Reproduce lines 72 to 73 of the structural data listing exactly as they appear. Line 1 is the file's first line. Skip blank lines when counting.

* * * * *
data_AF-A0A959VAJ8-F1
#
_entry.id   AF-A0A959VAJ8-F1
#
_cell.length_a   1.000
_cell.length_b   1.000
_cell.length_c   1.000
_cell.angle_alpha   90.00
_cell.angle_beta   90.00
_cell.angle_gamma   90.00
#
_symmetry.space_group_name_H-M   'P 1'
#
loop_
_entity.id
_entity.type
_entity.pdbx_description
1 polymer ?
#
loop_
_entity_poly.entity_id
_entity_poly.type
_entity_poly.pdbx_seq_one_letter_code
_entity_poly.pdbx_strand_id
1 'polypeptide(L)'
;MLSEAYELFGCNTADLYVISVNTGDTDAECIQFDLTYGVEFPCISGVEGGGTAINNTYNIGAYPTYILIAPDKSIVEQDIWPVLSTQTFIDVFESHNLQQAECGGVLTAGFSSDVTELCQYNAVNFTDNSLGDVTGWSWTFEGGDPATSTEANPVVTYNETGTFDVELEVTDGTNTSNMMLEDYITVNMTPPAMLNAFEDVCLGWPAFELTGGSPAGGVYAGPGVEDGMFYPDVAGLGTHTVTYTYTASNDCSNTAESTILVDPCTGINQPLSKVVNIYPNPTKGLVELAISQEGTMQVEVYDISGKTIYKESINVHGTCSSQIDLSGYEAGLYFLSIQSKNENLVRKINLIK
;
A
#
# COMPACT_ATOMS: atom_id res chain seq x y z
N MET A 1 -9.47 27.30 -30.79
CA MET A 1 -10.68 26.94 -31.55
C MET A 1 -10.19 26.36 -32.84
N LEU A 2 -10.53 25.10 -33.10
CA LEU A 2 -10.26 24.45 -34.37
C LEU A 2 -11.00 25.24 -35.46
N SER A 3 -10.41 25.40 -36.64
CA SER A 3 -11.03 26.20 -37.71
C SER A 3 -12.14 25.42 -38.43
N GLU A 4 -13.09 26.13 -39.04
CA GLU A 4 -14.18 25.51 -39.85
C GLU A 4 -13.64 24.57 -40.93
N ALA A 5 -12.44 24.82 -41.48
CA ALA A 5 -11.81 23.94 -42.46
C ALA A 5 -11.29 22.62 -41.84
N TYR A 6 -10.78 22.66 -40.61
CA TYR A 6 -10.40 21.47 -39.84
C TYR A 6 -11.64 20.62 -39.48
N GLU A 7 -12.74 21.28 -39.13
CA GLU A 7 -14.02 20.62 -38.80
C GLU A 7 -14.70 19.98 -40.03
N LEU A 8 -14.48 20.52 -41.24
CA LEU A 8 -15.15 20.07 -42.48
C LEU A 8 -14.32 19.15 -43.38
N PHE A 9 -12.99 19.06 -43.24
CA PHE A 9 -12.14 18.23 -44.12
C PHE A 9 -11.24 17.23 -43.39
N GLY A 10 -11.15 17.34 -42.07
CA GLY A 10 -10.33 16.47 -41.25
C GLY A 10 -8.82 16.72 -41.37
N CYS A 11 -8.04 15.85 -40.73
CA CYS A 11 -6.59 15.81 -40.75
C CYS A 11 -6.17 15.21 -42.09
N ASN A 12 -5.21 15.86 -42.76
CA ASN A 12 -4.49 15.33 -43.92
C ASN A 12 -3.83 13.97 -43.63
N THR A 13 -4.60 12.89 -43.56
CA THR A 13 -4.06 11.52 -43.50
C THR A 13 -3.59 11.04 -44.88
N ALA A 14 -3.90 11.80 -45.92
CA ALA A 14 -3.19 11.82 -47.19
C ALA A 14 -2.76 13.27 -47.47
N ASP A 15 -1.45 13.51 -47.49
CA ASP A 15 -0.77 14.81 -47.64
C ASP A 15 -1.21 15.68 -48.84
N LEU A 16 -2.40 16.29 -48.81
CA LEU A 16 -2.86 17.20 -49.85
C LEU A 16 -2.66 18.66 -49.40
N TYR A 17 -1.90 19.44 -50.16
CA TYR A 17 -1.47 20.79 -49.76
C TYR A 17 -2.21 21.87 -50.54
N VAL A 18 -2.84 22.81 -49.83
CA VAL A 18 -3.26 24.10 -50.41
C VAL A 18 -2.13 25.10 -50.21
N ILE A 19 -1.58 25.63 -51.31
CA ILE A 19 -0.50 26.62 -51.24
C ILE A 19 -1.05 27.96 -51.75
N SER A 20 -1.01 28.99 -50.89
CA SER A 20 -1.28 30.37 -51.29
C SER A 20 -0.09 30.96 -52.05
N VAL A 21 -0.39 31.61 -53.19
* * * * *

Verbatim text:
C ALA A 14 -2.76 13.27 -47.47
N ASP A 15 -1.45 13.51 -47.49